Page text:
The federal appeals court in Washington, D.C., is sometimes called the second most important court in the country, regularly delivering the final word on major environmental, labor and national security cases.
But the U.S. Court of Appeals for the District of Columbia Circuit has a whopping four vacancies, the most in the nation, including one opening that dates all the way back to 2005, when John Roberts moved to the U.S. Supreme Court.
For some insiders, the Washington appeals court represents the legal version of Triple-A baseball, the last destination before a player hits the majors. Nearly half of the members on the current Supreme Court — including Chief Justice Roberts and justices Antonin Scalia, Clarence Thomas and Ruth Bader Ginsburg — sat on the D.C. Circuit bench before they reached the big leagues.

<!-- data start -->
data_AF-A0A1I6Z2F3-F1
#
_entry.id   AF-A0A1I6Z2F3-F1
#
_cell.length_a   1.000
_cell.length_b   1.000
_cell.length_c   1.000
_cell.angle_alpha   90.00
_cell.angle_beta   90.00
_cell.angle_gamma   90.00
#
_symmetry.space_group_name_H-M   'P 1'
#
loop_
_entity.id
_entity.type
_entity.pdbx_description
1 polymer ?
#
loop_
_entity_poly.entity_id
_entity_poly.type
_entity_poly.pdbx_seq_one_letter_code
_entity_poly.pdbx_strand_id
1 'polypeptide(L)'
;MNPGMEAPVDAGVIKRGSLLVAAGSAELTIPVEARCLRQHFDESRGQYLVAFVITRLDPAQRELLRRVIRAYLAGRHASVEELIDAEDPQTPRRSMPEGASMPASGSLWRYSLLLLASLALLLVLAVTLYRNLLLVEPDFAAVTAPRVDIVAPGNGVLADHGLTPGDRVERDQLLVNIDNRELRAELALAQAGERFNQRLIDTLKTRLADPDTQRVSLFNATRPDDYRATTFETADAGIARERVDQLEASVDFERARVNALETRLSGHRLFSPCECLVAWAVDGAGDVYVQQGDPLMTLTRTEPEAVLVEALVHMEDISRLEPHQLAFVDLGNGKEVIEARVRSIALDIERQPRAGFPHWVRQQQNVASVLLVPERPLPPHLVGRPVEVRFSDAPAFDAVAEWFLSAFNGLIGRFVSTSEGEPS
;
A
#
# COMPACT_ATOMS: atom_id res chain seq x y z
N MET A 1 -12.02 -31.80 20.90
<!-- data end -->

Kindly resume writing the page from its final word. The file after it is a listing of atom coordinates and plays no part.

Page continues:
“Every president since 1948 has had at least one [or] more judges that were confirmed onto the D.C. Circuit in the first term,” said Patricia Wald, a retired judge on the circuit, who served there for 20 years.
Wald told a recent crowd at the Center for American Progress that by failing to get even one nominee confirmed to the court over the past four years, President Obama broke a record that goes back to the days of President Harry Truman.
The situation has people like Caroline Fredrickson sounding alarm bells — and demanding that the White House make the court a priority. She’s the president of the American Constitution Society, a left-leaning group that tracks judicial openings.
“These vacancies cannot wait any longer, because the impact on the American public and the administration of justice is so significant that it cannot be relegated to a second-priority issue,” Fredrickson says.